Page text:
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Earthing for Audio

Earthing for Audio

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Published by dubaidave

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Published by: dubaidave on Feb 09, 2010
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Nov/Dec 2005
s the generous frame of Bob Conductapproached, I knew I was in trouble. “Youpresented a talk at the BBC on the basics of earthing didn’t you?” “No”, I said, unconvincingly.Undeterred, Bob, a zealous member of the IBSExecutive, pressed an ancient VHS tape firmly into my hand. Glancing down I noticed that the case sported thelegend: BBC Earthing seminar by Peter Thomas 1987.“Er, yes” I muttered under my breath and, unbeknownto me, had at that moment agreed to present a talk onearthing to the IBS. Not learning from this episode, I fellfor the same trick again, played deftly by the Editor of Line Up, Hugh Robjohns, and agreed to produce a piecefor this edition. At the outset, I need to make clear that there are noreferences to PMC loudspeakers at all (except in thisintroduction). Neither are there any black and whiteanswers to earthing issues, nor easy fixes to thenumerous problems caused by earthing configurations.If this is your expectation then stop reading right now toavoid disappointment. The management also reservesthe right to oversimplify situations for the benefit of clarity, teach their grandmothers to suck eggs and keepengineering detail to a minimum. Insomniacs are advisedto keep this article handy by their bedside.The purpose of this brief tour of earthing is to raiseawareness of what causes hum and noise in audiosystems, and ultimately produce a simple list of logicalthings to check to isolate and avoid problems.
Mains Earth 
Before we launch headlong into earthing, it’s quiteimportant to appreciate where the mains earthoriginates from and what it’s actually there for.Figure 1 shows anextremely simplifiedcircuit diagram of a threephase generator. Notethat there are three live(L) outputs (marked ‘Line’on the diagram), whilstthe neutrals (N) are alltied together. Note alsothat the neutrals areconnected to ground. This will become an importantfactor later on. The earth’s primary role is naturally for safety. However, in audio systems it also has to providenoise rejection through shielding against low and highfrequency noise (hum and interference). For the audioprofessional the dilemma with this is that its safety roleoften conflicts with the goal to keep noise at aminimum… but this is not – under any circumstances –an excuse to remove a safety earth to cure noiseproblems.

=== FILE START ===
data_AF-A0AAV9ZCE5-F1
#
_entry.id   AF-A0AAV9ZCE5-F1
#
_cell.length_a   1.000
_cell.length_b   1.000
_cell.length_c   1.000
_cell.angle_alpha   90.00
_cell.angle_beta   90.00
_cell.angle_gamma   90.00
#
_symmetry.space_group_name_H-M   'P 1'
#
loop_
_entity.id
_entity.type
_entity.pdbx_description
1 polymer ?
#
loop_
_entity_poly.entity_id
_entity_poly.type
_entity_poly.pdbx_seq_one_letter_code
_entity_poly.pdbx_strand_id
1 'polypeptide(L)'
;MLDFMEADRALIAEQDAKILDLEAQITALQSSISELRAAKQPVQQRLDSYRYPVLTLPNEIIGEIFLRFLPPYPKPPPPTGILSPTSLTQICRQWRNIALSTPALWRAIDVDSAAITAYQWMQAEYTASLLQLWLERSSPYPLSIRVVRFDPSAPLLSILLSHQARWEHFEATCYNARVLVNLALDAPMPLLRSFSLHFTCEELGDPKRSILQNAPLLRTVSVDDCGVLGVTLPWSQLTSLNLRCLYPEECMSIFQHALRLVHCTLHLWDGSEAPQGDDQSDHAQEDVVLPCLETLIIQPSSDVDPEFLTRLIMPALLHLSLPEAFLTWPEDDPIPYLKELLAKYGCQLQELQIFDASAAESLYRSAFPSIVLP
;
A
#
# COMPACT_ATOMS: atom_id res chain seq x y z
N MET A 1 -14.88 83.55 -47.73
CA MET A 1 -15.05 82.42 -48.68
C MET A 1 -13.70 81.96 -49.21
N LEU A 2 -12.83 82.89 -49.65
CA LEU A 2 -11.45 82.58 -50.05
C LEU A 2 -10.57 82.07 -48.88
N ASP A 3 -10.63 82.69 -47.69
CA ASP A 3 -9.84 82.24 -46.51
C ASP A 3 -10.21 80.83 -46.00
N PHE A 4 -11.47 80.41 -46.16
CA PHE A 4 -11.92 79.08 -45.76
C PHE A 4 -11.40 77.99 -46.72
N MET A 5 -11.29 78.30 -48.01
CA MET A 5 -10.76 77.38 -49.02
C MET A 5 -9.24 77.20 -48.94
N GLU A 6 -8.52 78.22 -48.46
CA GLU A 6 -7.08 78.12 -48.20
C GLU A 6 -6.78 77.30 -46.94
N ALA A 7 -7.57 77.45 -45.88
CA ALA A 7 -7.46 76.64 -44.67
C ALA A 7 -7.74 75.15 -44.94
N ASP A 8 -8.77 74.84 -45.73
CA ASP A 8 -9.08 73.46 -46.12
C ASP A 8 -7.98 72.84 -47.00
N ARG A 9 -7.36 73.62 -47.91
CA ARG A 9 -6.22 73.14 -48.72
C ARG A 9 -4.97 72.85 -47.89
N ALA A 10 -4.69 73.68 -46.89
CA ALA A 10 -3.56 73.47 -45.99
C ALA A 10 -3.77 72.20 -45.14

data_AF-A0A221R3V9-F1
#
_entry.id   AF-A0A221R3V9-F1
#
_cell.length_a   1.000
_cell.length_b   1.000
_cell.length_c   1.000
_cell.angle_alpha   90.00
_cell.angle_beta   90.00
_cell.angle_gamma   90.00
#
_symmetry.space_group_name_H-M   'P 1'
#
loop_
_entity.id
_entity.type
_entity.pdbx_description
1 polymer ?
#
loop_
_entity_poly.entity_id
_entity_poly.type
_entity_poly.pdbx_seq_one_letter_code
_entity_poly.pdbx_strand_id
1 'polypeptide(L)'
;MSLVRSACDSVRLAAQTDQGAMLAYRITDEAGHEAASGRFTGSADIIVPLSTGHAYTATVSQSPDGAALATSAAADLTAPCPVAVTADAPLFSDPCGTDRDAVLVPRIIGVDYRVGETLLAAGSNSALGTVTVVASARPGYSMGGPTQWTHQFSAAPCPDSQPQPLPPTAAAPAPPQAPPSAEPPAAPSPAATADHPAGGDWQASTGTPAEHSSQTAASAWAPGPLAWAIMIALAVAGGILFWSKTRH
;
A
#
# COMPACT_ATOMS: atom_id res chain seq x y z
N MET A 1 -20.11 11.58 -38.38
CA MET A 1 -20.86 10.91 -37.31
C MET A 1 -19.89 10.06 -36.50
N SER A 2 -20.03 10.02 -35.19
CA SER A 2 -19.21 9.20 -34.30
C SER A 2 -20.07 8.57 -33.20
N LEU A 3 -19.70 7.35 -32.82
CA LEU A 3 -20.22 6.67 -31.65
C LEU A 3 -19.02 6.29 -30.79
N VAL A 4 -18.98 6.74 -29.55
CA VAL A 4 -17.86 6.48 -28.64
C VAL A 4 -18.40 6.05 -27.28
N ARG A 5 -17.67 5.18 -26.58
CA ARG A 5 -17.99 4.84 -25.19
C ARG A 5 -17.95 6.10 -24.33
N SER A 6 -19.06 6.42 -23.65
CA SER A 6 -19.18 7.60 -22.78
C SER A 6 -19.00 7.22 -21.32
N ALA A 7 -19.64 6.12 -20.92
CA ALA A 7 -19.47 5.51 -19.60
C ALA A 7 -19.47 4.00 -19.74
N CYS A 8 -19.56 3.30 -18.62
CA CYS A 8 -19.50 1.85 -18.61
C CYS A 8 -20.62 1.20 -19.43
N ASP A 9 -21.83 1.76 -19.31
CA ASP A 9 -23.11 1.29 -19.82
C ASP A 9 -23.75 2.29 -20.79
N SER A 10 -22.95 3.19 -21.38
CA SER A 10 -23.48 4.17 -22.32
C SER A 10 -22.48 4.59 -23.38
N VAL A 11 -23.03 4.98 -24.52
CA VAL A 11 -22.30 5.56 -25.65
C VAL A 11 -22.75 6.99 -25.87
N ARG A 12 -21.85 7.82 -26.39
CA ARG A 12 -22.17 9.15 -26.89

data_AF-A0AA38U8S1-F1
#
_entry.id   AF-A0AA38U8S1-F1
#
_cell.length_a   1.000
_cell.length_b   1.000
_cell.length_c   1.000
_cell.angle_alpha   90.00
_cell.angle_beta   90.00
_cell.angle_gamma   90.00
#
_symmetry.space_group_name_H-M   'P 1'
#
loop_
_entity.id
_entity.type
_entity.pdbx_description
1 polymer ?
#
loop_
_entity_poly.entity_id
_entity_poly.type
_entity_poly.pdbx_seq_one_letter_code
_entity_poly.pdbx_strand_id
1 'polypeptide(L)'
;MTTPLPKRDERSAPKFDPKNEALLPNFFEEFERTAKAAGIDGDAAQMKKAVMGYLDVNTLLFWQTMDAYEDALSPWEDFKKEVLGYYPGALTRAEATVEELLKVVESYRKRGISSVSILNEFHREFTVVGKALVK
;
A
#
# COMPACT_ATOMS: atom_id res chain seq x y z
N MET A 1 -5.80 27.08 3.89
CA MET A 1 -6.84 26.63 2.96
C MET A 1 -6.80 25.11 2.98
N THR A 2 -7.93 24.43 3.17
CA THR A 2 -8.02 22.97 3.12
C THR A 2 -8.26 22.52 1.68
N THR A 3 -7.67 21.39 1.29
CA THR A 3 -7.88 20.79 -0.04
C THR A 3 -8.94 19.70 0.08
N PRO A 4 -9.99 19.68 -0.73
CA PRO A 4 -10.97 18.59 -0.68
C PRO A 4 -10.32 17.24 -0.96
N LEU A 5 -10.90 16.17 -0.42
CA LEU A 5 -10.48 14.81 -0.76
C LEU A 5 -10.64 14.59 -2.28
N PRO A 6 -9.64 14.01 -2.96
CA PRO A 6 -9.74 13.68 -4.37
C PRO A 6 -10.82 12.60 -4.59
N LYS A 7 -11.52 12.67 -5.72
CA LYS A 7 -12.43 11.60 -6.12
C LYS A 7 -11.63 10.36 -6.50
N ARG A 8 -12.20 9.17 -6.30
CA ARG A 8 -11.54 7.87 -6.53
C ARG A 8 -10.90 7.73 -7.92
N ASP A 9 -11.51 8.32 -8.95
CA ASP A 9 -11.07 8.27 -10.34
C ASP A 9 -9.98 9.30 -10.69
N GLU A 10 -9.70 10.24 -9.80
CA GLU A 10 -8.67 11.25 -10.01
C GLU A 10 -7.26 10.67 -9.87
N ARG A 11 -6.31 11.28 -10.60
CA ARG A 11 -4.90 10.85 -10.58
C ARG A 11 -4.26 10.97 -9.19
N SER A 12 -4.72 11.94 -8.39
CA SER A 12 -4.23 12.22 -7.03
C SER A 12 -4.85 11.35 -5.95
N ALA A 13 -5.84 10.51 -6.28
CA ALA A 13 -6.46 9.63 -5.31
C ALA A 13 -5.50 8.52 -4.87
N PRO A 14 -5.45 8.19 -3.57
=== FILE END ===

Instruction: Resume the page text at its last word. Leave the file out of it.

Noise Sources
There are two types of noise that need rejecting: low frequency noise such as mains hum (50Hz) and buzz(100Hz), plus high frequency noise such as radiointerference, digital breakthrough, thyristor noise (fromlighting dimmer circuits), and basically anything thatswitches at high frequencies. Clearly, high gain circuitssuch as mic and guitar preamps are particularly  vulnerable. High frequency interference is on theincrease, and becoming harder to eradicate. One of thedelights of trying to find a solution to eliminate both low frequency and high frequency sources of noise is thatthe cure for one often increases the other – but then you wouldn’t expect anything less!There are many ways that these noise sources findtheir way into our audio circuits. The five primary routesare: induced currents, capacitive-coupled currents, loopcurrents, fault currents (including dirty earths), andfinally multiple earth paths. Did I say this was going tobe easy?
Induced and Capacitive Coupled 
Take a look at figure 2. This shows how induced andcapacitive-coupled currents cause noise. Here we see abalanced cable in the foreground lying next to twoexternal cables. Low frequency noise is inducedelectromagnetically into the audio cable (left of picture),and high frequency noise is capacitively (electrostatically) coupled into it (right).These are two good reasons for keeping audiocables as far away as possible from other cables carryingpotential noise sources – such as cables carrying mainsor digital signals.
Loop Currents
Figure 3 is an example of how loop circuits act likedetectors for noise when connecting two pieces of unbalanced equipment together. In this example, bothpieces of equipment are plugged into the mains andreceive a (safety) earth which also provides a link between the two chassis. Additionally, the screen of theunbalanced cable also provides a connection betweenthe two units forming a ‘ground loop’ with the mainsearth. The noise source only produces an audible
Earthing for Audio
 Following on from a very informative IBS meeting earlier this year, PETER THOMAS AIBS, Managing Director of PMC, expands his advice on how best to deal with unwanted noise in professional audio systems.
Figure 1:A simplifieddiagram of athree phasemainsgeneratorFigure 2: Inductive and capacitive coupling
problem (V 
 ) when the loop is present. If no loop wasformed then no circuit would be formed for the noisesource, preventing the noise current from flowing and V